The Caption Box Mystery

text7

I’ve always tended to center-align text in caption boxes in my own comics… but recently realised that most comics seem to left-align their text in boxes… for example, here’s Ben Katchor and something from the Fantastic Four (featuring Ben Grimm!)

text1

text2

(who also deal with the last line in different ways: Katchor centers the orphan “Alarms”, whilst the Marvel letterer cropped the box itself).

text3

In the english translation of Manu Larcenet‘s Ordinary Victories however, the text is center-aligned.

text6

text5

… whilst samples from Daniel Clowes suggests that he follows the shape of the box/balloon.

So… are there are principled reasons for picking either choice within a rectangular caption box?

Some theories I’ve heard:

1. Left-alignment looks more like a journal or diary entry (via Gene Yang)

2. Left-alignment was technically easier to execute when hand-lettering (via Janice Chiang)

3. Eyeball tracking means readers process left-aligned text more quickly (via Jesse Hamm)

What do other comics creators and readers out there think?🙂

4 comments

  1. I find left aligned text much easier to read in general, especially if the left edges of centralised text are ragged. If the amount of text or length of words results in a relativeky even left edge, then it doesn’t matter if its centralised.

  2. I don’t think it’s any mystery. The artistic decisions should be based on what looks best, is innocuous and doesn’t call undue attention to itself. You’re not supposed to notice the lettering style and the lettering style should be a good match for the artwork. Informal styles like Ben Katchor’s are different from conventional superhero books and one size or rule does n ot apply to all occasions. The eye of a human is trained consciously and unconsciously over a long period of time to notice irregularities and certain things (for primitive survival of the species). Some of those things that are noticed by the viewernare awkward, off-balance blocks of type and assymetrical white spaces or balloon shapes. It’s best, in my opinion not to incorporate things into your work which are going to be distractions to perception. The art of comics involves using words and pictures (marks on paper) to facilitate the transformation of certain information into the mind of the reader. The information transferred should be the information the creator wants transferred and to the extent that other distractions, and unneccessary visual information is transferred because of a lack of skill or for other reasons, the work will be unneccessarily burdened and diminished by that. I’d certainly try to eliminate anything that calls undue attention to itself insofar as the lettering is concerned. Lettering should be easy to read. Confusion is the enemy of the cartoonist whether is visual information or verbal information. Words and pictures conjure up thoughts in the viewer’s mind. Make sure to use the right ones and nothing extra or unneccessary.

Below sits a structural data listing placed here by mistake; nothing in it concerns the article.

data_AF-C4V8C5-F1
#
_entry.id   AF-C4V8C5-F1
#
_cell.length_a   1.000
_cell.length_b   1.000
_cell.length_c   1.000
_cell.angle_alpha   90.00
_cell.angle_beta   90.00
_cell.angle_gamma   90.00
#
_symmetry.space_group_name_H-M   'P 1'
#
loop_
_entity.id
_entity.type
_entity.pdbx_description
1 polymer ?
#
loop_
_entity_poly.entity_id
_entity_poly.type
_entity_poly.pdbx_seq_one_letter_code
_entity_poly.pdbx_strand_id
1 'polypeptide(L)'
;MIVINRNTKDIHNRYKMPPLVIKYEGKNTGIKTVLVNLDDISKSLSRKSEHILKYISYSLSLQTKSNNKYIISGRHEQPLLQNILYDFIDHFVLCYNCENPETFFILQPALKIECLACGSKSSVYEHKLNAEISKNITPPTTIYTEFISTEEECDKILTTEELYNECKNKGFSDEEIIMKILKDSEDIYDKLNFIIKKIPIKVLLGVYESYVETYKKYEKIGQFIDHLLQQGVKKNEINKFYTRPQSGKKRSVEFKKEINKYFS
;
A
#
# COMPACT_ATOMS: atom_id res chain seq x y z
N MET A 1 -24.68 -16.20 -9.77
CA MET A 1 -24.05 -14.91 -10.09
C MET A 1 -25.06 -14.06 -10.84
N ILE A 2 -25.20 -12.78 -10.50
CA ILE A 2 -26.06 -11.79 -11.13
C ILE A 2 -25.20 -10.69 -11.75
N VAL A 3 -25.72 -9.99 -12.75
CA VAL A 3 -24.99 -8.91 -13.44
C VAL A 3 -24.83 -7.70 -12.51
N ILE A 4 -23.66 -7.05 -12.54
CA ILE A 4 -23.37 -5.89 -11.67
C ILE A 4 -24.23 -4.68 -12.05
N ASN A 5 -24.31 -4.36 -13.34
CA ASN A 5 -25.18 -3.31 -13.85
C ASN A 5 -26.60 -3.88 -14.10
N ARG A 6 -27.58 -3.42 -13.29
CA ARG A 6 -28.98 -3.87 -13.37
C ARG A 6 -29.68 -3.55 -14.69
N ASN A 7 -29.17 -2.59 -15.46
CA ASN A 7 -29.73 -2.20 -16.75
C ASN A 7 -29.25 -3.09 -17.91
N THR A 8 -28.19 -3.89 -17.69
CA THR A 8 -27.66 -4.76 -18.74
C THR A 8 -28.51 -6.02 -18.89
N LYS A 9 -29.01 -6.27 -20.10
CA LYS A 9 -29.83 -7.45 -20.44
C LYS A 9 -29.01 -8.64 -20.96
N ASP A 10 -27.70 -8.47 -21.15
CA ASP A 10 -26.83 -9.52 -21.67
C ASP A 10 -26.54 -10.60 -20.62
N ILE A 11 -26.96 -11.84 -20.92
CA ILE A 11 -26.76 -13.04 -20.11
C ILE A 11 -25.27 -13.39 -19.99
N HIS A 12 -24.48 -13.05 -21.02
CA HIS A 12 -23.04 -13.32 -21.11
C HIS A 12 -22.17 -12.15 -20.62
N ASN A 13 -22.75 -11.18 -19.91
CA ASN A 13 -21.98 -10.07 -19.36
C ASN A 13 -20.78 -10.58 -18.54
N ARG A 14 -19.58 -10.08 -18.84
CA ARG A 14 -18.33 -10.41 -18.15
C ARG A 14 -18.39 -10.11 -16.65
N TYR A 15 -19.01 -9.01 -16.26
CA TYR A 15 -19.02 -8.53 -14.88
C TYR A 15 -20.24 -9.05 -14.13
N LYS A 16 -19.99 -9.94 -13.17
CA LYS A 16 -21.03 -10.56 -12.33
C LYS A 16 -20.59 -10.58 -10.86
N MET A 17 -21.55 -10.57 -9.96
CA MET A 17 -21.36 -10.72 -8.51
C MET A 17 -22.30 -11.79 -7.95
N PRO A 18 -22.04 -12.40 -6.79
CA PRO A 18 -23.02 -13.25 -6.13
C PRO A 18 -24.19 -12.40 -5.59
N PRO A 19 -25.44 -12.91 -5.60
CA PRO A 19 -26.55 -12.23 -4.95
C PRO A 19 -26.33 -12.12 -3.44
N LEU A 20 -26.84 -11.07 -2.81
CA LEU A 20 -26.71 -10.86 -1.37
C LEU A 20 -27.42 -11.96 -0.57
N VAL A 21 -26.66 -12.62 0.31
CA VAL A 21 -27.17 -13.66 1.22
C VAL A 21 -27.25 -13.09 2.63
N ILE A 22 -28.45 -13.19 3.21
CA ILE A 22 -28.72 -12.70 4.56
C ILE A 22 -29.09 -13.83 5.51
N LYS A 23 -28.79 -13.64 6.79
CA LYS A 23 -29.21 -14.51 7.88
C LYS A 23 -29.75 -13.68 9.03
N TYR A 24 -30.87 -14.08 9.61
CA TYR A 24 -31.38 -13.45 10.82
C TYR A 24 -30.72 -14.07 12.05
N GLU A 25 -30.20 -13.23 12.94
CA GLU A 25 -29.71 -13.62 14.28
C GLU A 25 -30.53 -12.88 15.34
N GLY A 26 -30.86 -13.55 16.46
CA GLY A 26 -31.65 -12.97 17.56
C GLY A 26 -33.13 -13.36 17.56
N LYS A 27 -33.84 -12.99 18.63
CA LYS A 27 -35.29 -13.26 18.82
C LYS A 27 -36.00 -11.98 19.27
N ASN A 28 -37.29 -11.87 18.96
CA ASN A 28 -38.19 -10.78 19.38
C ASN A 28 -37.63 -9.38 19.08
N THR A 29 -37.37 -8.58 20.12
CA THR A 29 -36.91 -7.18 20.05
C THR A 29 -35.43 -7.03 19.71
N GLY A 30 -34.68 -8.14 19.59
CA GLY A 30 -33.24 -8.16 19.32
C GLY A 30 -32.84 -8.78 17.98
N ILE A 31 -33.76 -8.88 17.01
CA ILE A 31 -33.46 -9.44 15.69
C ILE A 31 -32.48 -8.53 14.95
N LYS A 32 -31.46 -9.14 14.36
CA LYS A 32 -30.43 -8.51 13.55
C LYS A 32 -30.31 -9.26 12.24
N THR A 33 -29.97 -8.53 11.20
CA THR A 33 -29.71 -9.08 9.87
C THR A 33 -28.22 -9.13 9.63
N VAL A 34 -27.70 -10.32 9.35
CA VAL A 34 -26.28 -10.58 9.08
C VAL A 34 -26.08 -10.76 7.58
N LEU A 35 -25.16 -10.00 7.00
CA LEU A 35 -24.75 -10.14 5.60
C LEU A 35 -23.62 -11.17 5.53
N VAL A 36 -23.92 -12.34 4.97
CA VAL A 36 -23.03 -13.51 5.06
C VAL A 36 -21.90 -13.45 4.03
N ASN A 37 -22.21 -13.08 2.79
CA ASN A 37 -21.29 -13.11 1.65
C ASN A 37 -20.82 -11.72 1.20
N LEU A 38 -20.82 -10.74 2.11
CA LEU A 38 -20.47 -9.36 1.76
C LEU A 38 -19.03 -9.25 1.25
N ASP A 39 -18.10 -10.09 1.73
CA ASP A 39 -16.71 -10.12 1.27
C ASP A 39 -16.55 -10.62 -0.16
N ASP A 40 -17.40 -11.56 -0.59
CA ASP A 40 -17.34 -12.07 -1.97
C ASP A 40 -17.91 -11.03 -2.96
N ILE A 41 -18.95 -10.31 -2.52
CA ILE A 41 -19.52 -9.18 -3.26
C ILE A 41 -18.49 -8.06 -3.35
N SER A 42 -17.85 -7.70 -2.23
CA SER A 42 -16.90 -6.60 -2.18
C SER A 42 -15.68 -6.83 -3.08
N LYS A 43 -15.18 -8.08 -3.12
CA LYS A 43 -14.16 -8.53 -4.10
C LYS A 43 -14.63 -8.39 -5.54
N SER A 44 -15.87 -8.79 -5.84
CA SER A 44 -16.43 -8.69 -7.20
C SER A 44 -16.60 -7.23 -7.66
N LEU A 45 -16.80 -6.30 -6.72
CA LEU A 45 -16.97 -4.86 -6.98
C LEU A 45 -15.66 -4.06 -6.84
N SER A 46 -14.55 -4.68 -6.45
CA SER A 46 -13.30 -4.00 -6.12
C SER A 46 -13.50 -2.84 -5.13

1. Thanks for the thoughts, Richard!🙂 I agree that it’s ultimately about clarity/readability – but i’m also trying to figure out if there’s an element of convention involved, and if so, what that convention is based on… (Janice Chiang for eg tells me she prefers central alignment, as have others, whilst many also prefer left-alignment)…

      But it may well be the case that so long as there’s no strange negative spaces, that both would work…🙂

Leave a Reply

Fill in your details below or click an icon to log in:

WordPress.com Logo

You are commenting using your WordPress.com account. Log Out / Change )

Twitter picture

You are commenting using your Twitter account. Log Out / Change )

Facebook photo

You are commenting using your Facebook account. Log Out / Change )

Google+ photo

You are commenting using your Google+ account. Log Out / Change )

Connecting to %s